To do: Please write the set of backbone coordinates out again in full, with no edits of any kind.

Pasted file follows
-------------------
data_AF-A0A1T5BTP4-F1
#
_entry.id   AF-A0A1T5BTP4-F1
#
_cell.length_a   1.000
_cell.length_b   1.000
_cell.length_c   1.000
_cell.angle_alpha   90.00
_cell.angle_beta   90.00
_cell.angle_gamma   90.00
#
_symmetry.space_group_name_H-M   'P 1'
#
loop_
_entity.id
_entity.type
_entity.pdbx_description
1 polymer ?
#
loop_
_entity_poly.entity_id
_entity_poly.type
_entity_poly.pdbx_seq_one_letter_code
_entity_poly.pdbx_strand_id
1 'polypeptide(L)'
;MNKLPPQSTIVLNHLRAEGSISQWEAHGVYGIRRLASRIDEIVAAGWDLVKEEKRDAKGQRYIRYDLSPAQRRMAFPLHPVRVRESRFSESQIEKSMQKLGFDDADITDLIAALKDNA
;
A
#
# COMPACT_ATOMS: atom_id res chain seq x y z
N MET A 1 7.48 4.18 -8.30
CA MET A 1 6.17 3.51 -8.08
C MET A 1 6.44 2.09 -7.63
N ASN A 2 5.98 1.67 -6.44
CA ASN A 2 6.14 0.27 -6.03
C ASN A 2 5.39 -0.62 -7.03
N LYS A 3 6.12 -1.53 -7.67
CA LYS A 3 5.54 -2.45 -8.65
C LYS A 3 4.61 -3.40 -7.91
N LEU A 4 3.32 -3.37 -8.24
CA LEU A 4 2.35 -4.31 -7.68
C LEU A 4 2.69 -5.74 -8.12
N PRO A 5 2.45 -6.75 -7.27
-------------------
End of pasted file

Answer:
data_AF-A0A1T5BTP4-F1
#
_entry.id   AF-A0A1T5BTP4-F1
#
_cell.length_a   1.000
_cell.length_b   1.000
_cell.length_c   1.000
_cell.angle_alpha   90.00
_cell.angle_beta   90.00
_cell.angle_gamma   90.00
#
_symmetry.space_group_name_H-M   'P 1'
#
loop_
_entity.id
_entity.type
_entity.pdbx_description
1 polymer ?
#
loop_
_entity_poly.entity_id
_entity_poly.type
_entity_poly.pdbx_seq_one_letter_code
_entity_poly.pdbx_strand_id
1 'polypeptide(L)'
;MNKLPPQSTIVLNHLRAEGSISQWEAHGVYGIRRLASRIDEIVAAGWDLVKEEKRDAKGQRYIRYDLSPAQRRMAFPLHPVRVRESRFSESQIEKSMQKLGFDDADITDLIAALKDNA
;
A
#
# COMPACT_ATOMS: atom_id res chain seq x y z
N MET A 1 7.48 4.18 -8.30
CA MET A 1 6.17 3.51 -8.08
C MET A 1 6.44 2.09 -7.63
N ASN A 2 5.98 1.67 -6.44
CA ASN A 2 6.14 0.27 -6.03
C ASN A 2 5.39 -0.62 -7.03
N LYS A 3 6.12 -1.53 -7.67
CA LYS A 3 5.54 -2.45 -8.65
C LYS A 3 4.61 -3.40 -7.91
N LEU A 4 3.32 -3.37 -8.24
CA LEU A 4 2.35 -4.31 -7.68
C LEU A 4 2.69 -5.74 -8.12
N PRO A 5 2.45 -6.75 -7.27